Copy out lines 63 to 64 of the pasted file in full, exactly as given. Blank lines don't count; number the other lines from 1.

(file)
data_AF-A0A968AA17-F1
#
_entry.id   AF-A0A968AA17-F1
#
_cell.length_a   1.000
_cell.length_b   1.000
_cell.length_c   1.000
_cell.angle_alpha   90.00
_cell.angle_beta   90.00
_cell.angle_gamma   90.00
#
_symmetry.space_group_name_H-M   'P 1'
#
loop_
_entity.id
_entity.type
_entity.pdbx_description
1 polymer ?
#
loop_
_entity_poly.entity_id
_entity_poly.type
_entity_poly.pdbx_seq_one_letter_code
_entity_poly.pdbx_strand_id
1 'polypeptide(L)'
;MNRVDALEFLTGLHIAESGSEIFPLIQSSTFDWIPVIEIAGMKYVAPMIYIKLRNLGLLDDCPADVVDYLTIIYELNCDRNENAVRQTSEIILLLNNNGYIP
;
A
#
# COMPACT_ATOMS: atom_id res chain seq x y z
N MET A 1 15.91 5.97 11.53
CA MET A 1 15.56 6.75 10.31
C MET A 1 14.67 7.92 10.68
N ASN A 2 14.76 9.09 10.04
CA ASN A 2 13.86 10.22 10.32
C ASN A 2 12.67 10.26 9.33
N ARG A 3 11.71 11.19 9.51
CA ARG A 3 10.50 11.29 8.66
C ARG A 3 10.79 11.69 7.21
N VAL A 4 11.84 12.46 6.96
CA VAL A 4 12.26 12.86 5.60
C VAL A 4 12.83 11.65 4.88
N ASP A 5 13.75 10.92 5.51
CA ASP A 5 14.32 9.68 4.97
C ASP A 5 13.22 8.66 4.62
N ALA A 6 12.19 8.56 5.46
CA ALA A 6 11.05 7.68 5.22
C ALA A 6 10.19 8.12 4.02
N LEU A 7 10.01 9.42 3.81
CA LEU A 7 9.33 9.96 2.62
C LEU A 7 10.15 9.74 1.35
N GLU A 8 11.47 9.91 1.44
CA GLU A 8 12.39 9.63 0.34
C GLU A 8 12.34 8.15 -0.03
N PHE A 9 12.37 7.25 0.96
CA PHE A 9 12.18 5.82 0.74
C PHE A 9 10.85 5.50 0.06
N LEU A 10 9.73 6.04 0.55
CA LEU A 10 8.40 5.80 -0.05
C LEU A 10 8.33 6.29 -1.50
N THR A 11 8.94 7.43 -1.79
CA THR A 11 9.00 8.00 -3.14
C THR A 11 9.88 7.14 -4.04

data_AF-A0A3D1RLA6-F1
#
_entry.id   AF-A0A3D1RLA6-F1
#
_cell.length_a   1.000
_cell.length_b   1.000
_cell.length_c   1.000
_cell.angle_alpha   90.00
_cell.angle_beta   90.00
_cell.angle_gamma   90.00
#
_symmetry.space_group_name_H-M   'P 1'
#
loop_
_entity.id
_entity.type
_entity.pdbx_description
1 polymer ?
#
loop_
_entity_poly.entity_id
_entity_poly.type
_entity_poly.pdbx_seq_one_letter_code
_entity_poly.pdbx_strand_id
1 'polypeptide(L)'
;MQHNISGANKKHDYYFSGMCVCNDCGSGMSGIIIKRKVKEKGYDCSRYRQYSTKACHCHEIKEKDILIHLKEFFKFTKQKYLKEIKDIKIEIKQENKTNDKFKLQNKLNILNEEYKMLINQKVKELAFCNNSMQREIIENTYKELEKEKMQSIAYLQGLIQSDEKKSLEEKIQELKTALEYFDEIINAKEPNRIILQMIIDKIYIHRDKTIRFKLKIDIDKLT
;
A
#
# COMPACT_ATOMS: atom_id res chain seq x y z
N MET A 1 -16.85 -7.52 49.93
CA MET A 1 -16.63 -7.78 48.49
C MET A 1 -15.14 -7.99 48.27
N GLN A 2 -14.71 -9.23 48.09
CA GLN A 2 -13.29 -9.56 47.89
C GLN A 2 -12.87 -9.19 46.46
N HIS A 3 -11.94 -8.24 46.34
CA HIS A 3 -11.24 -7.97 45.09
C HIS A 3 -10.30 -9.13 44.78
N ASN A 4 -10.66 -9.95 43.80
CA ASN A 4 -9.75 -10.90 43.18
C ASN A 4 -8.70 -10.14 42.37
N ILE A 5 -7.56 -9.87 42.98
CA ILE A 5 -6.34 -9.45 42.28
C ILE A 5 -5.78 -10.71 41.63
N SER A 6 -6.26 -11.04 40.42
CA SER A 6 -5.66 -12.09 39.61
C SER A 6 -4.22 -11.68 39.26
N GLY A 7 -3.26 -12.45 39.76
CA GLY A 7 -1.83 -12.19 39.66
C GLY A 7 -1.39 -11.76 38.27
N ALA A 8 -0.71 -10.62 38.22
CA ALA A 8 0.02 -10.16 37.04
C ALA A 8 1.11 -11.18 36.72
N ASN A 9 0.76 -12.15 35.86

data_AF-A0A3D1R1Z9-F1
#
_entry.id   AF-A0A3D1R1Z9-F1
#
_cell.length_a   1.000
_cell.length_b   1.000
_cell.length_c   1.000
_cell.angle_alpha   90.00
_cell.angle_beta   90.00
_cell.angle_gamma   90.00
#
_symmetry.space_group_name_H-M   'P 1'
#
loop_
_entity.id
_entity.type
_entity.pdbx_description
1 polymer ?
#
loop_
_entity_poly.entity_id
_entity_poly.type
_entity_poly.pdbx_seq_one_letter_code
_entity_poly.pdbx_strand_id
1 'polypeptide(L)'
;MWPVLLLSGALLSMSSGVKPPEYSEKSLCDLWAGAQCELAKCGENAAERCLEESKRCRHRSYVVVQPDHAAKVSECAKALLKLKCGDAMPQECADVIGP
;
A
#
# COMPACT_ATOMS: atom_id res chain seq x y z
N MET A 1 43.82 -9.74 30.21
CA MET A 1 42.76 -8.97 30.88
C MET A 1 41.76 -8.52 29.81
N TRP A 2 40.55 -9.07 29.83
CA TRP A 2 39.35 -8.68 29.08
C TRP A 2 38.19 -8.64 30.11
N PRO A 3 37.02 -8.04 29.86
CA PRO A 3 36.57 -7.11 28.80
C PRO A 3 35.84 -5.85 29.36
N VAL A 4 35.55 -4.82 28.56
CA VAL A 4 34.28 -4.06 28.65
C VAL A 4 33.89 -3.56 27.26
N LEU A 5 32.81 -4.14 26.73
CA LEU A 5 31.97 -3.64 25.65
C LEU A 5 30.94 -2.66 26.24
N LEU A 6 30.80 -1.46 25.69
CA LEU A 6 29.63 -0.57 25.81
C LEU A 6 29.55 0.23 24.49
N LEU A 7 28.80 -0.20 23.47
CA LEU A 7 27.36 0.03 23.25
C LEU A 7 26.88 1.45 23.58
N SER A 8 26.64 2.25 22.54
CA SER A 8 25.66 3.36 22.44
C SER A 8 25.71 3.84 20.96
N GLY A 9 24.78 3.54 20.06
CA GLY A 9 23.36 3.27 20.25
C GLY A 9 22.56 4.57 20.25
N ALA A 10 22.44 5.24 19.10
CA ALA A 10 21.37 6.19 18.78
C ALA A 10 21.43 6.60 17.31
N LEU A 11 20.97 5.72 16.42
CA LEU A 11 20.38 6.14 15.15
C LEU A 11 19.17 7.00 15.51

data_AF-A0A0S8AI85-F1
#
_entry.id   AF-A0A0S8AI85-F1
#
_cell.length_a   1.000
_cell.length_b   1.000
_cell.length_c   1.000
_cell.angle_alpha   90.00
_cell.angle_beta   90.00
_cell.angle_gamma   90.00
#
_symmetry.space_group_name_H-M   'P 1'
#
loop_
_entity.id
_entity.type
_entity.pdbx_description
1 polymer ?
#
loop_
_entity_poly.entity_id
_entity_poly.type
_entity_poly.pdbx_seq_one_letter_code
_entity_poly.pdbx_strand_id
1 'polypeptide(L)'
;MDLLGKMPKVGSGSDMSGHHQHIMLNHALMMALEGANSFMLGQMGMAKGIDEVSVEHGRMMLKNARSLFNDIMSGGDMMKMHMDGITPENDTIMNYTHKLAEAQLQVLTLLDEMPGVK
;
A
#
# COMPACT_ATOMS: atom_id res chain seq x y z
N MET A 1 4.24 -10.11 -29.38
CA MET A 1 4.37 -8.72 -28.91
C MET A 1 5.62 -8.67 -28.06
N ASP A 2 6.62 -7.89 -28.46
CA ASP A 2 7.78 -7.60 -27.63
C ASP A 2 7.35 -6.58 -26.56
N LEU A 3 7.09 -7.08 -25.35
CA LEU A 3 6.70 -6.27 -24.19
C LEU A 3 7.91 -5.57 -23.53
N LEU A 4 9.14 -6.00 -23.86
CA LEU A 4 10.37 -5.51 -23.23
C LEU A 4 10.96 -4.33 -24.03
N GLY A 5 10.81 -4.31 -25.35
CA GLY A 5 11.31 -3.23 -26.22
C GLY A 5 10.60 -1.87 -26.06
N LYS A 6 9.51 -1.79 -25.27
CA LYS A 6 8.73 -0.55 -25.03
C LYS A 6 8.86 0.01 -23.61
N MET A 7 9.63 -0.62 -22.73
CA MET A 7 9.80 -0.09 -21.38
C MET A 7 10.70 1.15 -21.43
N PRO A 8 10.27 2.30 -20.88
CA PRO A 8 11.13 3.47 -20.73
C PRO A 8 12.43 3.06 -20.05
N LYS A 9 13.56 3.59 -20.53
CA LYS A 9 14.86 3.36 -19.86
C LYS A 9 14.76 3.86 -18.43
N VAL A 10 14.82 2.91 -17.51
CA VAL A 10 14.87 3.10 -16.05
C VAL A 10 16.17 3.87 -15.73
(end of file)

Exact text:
C THR A 11 9.88 7.14 -4.04

data_AF-A0A3D1RLA6-F1